So Openspaces have been incredibly popular as a perk for estate owners, but sadly there is a twist. Unfortunately most of the Openspaces are being used for much more than light use. Based on analysis performed in August and September, Openspaces are being used about twice as much as we expected, in other words being loaded with double the content/avatar load than we’d expect for a region that is supposed to be light use.

That there are unscrupulous users of the openspaces is not in doubt and now it seems, rather than deal with the offenders, everyone on openspaces will have to pay.
At an emergency office hours Jack showed a willingness to listen to idea's that residents presented suggesting a possibility these changes are not set in stone yet - but from past experience Resident suggestions are generally ignored. Linden Lab have showed yet again absolutely no knowledge of the inworld economy.
Jack Linden: okay so here is a question; do you think us pinning prim counts down to say 1500, and limiting script count to 250, would be acceptable if the price stayed as it now? I'm not suggesting this is possible, but I'm interested in your opinionsSome great ideas were forthcoming on ways to combat the problem but the point is that Linden Lab did not foresee this issue showing gross mismanagement and incompetence.
Jack was listening though and this can only be a good thing:
[5:37] Jack Linden: okay, so lets summarise a little: I hear you on OS limits, and I hear you on the other options like free conversions. I won't obviously be making any promises in this discussion which is an ad-hoc one because I wanted to get as much feedback as I could.. but I will take all of this away and discuss it within the Lab. *if* there are outcomes or changes, then we should make those clear sooner rather than later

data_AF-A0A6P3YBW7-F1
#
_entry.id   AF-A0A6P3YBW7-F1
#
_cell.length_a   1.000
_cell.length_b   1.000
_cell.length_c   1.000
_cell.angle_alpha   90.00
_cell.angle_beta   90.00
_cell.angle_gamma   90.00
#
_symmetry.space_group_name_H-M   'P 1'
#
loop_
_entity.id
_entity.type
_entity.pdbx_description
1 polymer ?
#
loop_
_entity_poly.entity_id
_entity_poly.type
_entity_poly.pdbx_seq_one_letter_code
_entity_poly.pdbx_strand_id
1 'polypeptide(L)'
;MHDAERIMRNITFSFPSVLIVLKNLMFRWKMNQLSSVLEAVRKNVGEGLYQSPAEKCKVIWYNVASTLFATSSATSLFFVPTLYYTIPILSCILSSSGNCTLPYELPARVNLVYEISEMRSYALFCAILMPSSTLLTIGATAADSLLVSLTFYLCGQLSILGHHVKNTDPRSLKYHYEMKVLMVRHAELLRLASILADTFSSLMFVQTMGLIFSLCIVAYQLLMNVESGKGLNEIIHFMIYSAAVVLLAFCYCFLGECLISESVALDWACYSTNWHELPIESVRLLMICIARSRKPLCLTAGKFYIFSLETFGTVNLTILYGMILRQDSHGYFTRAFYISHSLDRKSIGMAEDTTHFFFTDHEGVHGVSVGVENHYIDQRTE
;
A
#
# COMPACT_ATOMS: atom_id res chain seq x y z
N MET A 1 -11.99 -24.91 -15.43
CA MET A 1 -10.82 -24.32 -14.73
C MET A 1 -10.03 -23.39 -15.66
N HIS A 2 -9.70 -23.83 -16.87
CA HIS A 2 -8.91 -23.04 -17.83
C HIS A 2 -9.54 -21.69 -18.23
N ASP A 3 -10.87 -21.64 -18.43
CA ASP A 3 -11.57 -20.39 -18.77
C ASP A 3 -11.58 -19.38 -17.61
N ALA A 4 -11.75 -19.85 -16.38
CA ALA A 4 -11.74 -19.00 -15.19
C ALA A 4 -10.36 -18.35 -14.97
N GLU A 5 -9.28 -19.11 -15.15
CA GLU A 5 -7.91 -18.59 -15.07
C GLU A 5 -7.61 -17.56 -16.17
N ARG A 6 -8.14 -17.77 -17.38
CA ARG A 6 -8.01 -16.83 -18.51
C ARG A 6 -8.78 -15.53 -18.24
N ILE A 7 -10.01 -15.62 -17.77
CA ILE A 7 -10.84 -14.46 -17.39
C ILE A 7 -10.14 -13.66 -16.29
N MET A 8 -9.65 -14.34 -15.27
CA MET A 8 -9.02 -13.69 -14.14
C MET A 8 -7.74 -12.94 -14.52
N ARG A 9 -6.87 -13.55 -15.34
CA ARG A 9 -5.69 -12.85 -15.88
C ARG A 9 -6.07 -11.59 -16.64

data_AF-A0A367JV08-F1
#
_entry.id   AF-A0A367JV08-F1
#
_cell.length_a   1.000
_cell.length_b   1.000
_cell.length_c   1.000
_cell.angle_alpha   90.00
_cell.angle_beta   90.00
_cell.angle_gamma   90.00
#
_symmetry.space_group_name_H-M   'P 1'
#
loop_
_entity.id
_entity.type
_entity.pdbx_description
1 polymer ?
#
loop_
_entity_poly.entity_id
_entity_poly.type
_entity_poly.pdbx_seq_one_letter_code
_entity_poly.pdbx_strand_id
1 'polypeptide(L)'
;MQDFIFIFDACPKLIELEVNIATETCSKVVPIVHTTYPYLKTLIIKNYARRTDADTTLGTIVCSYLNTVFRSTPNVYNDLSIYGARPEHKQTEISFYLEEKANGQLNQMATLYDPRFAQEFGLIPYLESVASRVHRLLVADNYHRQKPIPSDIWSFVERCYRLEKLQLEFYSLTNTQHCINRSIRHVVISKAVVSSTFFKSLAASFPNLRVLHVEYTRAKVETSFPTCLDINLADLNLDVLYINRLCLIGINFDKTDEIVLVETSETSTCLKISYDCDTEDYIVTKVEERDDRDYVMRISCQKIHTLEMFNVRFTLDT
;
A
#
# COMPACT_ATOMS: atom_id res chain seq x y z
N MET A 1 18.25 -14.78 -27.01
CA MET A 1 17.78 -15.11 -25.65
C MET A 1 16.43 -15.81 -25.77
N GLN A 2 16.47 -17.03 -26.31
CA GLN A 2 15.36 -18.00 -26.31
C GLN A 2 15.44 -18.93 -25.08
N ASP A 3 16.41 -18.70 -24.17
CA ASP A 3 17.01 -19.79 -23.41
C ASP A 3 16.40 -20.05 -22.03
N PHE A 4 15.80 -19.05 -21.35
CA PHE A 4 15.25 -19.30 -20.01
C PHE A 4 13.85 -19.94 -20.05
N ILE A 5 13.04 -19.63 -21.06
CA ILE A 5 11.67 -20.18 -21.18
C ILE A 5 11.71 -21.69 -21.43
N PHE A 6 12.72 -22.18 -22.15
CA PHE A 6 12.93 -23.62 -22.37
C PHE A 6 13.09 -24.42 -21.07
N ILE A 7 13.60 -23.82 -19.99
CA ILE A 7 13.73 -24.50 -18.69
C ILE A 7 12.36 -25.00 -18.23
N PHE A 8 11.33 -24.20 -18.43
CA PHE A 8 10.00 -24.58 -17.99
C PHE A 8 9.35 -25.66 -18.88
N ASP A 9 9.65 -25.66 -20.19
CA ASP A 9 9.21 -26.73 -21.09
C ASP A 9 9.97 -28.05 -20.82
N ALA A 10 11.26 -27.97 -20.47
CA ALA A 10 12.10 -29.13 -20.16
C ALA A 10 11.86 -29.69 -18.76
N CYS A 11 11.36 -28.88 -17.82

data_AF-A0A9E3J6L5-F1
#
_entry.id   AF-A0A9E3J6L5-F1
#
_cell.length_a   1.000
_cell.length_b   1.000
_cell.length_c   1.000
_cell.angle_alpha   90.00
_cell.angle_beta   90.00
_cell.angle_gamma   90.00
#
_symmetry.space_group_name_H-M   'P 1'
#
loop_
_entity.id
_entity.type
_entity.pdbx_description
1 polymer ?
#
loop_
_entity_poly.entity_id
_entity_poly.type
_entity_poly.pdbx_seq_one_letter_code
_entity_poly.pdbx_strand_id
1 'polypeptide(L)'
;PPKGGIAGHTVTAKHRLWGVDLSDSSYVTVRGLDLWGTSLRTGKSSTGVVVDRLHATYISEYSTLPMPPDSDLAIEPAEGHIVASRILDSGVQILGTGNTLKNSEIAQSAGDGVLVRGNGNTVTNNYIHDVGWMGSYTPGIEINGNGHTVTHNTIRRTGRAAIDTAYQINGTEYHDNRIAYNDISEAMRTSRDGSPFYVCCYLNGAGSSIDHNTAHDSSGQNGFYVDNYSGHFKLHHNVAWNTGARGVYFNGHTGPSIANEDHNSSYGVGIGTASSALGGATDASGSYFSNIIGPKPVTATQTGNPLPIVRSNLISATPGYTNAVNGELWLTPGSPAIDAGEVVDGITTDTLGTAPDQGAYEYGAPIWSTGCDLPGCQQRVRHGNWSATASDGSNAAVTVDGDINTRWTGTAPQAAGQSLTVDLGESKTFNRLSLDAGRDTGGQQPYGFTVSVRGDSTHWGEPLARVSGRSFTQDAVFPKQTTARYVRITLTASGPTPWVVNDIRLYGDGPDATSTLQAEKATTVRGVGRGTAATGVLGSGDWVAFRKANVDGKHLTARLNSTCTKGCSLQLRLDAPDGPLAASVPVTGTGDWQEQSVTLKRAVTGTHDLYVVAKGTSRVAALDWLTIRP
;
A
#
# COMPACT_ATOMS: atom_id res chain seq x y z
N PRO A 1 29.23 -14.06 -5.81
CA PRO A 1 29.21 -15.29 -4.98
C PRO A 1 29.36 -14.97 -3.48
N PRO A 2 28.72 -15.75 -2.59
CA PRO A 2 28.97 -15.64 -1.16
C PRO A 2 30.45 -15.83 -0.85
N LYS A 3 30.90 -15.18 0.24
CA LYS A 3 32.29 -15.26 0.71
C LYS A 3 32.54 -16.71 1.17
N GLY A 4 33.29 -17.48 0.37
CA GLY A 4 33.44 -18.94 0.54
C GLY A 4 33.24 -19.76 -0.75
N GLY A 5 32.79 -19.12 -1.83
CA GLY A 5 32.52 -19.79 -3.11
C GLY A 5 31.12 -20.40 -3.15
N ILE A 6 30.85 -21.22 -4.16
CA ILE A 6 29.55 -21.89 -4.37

[5:39] Jack Linden: Lets keep talking. I will reply more in the forums, and I will try to do more sessions like this over the next few days.

Beginning 1st January 2009We will increase the monthly maintenance fee from USD$75 to USD$125 per month. This price increase will apply to all owners of Openspaces on January 1st as well as new purchases after that date. There will be no grandfathering of Openspace maintenance pricing.
This shows a 50% increase in upfront fees and a 66% increase in tier fees!

I spoke with Intlibber Brautigan of BNT holdings and this is what he had to say;
IntLibber BnT: if anything is costing them money its the fact that they offer 195 tier on the mainland that we subsidize with our high sim tier
IntLibber BnT: I'm all for ending the grandfathered rates, puts everybody on a level playing field
IntLibber BnT: ending grandfathering and equalizing tier between mainland and estates will bring in enough revenue for LL that they can cover added expenses.

This is a situation that we will monitor closely. You can follow the discussions in the FORUM and we will try to keep you updated on anything pertinent.
Thank you to Gemma Cleanslate for the chat logs and Intlibber for taking the time to talk to me.

Dana Vanmoer
Source: Secondlife Blog

Tuesday, October 14, 2008

Why take Torley Linden off the blog?

There are some public relations decisions that sometimes leave us scratching our heads. When you have credible faces in your organization, you want them to be as visible as possible.

Yet, Linden Lab has just done the opposite. By putting recently an end to Torley Linden's video posts on its blog, it removed one of the personalities that brought Second Life a large, friendly contribution from the most natural places where someone can find it.

Currently, the video tutorials page, barely visible in various sections of, buries new videos in a single link. Its RSS feed is not even that visible. Anyone who has grown as a Second Life user by finding Torley's tutorials will remember that those casual blog visits were more worthwhile than they will be in the future.

Unless you do extensive research or commit much time to it, Second Life is an insider's world that is hard to grasp. Torley's videos make the learning curve easier to attack, vastly enhancing new user experience. It also added a much needed friendly and human touch to the LL blog.

Now, a complex virtual world that most new users do not understand requires facilitating methods instead of tightening methods. But hey, who am I to know?